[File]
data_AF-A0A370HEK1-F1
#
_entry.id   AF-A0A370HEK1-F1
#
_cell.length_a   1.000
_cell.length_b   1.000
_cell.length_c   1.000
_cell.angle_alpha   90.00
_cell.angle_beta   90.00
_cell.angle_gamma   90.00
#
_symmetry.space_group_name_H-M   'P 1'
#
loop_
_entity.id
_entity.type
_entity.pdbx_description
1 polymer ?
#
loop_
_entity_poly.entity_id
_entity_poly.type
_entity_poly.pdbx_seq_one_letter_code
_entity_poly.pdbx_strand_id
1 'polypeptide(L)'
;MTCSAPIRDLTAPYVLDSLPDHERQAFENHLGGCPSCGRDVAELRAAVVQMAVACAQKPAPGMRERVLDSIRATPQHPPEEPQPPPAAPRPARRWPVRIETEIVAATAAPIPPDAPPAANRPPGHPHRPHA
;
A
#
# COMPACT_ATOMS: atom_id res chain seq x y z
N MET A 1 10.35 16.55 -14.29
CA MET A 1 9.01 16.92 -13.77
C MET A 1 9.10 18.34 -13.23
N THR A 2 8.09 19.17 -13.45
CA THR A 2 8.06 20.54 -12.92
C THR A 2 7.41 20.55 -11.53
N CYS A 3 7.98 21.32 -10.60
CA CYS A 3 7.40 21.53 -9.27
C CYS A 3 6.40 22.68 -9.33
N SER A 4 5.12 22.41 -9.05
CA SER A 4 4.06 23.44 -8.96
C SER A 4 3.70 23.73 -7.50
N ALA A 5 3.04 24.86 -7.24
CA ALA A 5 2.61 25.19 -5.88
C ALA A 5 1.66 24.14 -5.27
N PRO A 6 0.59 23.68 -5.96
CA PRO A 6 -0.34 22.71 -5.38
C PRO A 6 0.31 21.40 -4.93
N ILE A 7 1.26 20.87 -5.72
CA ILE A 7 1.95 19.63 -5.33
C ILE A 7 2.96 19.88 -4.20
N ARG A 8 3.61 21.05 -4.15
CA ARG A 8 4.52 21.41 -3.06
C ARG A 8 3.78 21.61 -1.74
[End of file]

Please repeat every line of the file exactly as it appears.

data_AF-A0A370HEK1-F1
#
_entry.id   AF-A0A370HEK1-F1
#
_cell.length_a   1.000
_cell.length_b   1.000
_cell.length_c   1.000
_cell.angle_alpha   90.00
_cell.angle_beta   90.00
_cell.angle_gamma   90.00
#
_symmetry.space_group_name_H-M   'P 1'
#
loop_
_entity.id
_entity.type
_entity.pdbx_description
1 polymer ?
#
loop_
_entity_poly.entity_id
_entity_poly.type
_entity_poly.pdbx_seq_one_letter_code
_entity_poly.pdbx_strand_id
1 'polypeptide(L)'
;MTCSAPIRDLTAPYVLDSLPDHERQAFENHLGGCPSCGRDVAELRAAVVQMAVACAQKPAPGMRERVLDSIRATPQHPPEEPQPPPAAPRPARRWPVRIETEIVAATAAPIPPDAPPAANRPPGHPHRPHA
;
A
#
# COMPACT_ATOMS: atom_id res chain seq x y z
N MET A 1 10.35 16.55 -14.29
CA MET A 1 9.01 16.92 -13.77
C MET A 1 9.10 18.34 -13.23
N THR A 2 8.09 19.17 -13.45
CA THR A 2 8.06 20.54 -12.92
C THR A 2 7.41 20.55 -11.53
N CYS A 3 7.98 21.32 -10.60
CA CYS A 3 7.40 21.53 -9.27
C CYS A 3 6.40 22.68 -9.33
N SER A 4 5.12 22.41 -9.05
CA SER A 4 4.06 23.44 -8.96
C SER A 4 3.70 23.73 -7.50
N ALA A 5 3.04 24.86 -7.24
CA ALA A 5 2.61 25.19 -5.88
C ALA A 5 1.66 24.14 -5.27
N PRO A 6 0.59 23.68 -5.96
CA PRO A 6 -0.34 22.71 -5.38
C PRO A 6 0.31 21.40 -4.93
N ILE A 7 1.26 20.87 -5.72
CA ILE A 7 1.95 19.63 -5.33
C ILE A 7 2.96 19.88 -4.20
N ARG A 8 3.61 21.05 -4.15
CA ARG A 8 4.52 21.41 -3.06
C ARG A 8 3.78 21.61 -1.74